The main question to be answered by zilstat is, “how much write activity is going to the ZIL?” If you run your workload and the results remain all balls (zeros), then it is a good indication that your workload would not benefit from a separate log because the workload does not generate synchronous writes. However, if you are seeing a lot of activity, then perhaps your workload would benefit from a separate log. In general, NFS and database servers are the beneficiaries of a separate log.
Here is a sample output from my desktop. I apologize if this wraps on your browser.
From this sample you can see that the amount of data being synchronously written by the applications is rather modest. This data is fit into buffers which is what is actually sent to storage. For my activity this afternoon, the maximum rate of buffer bytes written peaked at 544,768 in a one-second sample. I really didn’t notice this as a performance impact, mostly because it is my desktop machine, and it already performs pretty well. Your workload might be very different and zilstat might be able to give you an idea of how much data would be written to a separate log. Clearly, if the numbers are mostly zero, most of the time, then a separate log will likely not help the performance of your workload.
In some cases, you may want to see the ZIL activity per transaction group (txg) commit. This will provide a better idea of the separate log device size. To see per-txg measurements, use the string “txg” instead of a number for the interval. You will also need to specify a pool with the txg option because there may be multiple active pools, and I’m not sure that there is a reasonable way to present that data concisely. If you want to look at multiple pools with the txg option concurrently, just run two instances of zilstat. Here is an example of txg output.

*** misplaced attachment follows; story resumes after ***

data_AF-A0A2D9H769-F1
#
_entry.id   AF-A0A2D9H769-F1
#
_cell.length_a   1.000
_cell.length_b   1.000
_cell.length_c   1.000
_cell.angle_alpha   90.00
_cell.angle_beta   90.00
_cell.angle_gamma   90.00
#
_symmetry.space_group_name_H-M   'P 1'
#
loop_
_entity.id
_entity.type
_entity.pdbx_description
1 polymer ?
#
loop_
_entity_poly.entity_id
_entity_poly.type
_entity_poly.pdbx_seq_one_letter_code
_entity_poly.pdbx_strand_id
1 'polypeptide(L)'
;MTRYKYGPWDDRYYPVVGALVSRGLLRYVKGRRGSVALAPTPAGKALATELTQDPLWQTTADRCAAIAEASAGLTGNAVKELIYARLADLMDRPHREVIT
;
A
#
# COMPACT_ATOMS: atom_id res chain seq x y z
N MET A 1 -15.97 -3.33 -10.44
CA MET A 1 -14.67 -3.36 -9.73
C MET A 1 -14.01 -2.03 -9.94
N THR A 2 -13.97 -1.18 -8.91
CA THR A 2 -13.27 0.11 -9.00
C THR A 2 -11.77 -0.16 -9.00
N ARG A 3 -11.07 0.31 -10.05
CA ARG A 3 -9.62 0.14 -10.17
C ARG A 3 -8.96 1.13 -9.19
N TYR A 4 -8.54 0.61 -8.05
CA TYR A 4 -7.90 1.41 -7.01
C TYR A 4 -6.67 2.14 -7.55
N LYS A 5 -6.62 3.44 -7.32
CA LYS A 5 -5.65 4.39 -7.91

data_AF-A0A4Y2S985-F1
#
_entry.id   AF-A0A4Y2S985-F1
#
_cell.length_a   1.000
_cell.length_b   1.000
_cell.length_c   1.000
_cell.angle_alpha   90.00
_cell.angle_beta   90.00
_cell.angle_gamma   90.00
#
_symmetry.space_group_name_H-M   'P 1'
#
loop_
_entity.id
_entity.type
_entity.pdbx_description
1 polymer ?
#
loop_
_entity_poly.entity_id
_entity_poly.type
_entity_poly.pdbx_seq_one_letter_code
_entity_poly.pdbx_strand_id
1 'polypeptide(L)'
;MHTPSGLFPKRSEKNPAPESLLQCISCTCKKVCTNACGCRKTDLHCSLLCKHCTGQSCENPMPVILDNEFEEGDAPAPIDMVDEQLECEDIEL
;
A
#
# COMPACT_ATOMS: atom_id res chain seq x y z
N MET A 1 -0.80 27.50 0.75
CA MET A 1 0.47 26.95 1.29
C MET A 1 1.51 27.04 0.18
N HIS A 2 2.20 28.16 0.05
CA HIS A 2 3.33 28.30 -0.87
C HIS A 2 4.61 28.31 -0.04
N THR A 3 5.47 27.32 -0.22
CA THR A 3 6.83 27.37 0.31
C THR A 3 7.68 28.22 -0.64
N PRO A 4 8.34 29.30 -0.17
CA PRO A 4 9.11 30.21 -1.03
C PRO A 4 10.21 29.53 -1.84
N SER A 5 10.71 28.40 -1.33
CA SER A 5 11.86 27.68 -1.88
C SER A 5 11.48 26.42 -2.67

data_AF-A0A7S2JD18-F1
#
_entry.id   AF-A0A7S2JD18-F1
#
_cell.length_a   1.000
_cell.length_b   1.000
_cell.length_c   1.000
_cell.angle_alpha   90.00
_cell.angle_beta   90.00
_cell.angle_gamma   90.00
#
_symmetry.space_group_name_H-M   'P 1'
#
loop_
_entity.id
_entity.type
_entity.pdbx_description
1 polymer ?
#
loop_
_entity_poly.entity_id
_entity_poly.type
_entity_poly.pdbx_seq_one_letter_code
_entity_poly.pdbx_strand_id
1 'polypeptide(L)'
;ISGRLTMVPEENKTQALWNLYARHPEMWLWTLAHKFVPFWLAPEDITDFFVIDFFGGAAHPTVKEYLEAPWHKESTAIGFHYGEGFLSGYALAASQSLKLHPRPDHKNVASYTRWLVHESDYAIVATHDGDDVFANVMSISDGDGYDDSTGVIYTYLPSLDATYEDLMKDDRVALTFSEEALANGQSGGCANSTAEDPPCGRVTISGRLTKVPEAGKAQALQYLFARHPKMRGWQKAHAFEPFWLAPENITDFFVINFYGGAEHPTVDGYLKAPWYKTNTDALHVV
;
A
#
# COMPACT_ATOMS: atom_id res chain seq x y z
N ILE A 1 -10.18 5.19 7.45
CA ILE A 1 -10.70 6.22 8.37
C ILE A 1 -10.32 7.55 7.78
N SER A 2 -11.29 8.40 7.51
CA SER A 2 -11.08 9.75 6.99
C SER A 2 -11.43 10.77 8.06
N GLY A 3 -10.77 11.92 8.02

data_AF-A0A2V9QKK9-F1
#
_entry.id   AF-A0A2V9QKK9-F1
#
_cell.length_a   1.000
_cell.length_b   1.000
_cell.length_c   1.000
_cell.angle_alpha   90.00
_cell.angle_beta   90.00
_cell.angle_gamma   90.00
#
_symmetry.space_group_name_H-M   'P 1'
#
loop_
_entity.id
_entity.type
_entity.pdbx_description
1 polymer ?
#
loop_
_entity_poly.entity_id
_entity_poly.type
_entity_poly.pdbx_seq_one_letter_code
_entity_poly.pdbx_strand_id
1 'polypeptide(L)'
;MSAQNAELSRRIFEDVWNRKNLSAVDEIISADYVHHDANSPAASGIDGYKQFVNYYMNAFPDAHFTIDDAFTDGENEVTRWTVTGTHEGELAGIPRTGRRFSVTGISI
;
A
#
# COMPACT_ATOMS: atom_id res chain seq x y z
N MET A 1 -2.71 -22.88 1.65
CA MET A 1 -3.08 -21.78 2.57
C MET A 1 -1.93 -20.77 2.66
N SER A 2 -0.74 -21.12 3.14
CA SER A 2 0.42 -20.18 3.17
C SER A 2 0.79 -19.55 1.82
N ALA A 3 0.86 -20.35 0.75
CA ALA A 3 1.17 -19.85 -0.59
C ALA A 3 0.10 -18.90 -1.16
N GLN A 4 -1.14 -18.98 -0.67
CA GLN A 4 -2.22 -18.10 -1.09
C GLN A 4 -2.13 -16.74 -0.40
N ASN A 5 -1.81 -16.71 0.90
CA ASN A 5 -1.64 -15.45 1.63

I find that using the txg view with timestamps is very useful. However, the output is too long to fit nicely on a web page example.
Note that the time interval for txg commits is variable. By design, this should be no more than approximately 30 seconds. However, you may see them occur more frequently. For example, if you are using the Time Slider feature of OpenSolaris, then when ZFS takes snapshots it forces a txg commit. This is another reason why recording timestamps with the -t option is useful.
Note: a packaging bug in OpenSolaris may affect your ability to run DTrace scripts. If you run zilstat and DTrace complains about “Invalid library dependency in /usr/lib/dtrace/iscsit.d: /usr/lib/dtrace/iscsi.d” then you will need to install the SUNWiscsitgt package. See CR 6855460 for details.
Posted in: ZFS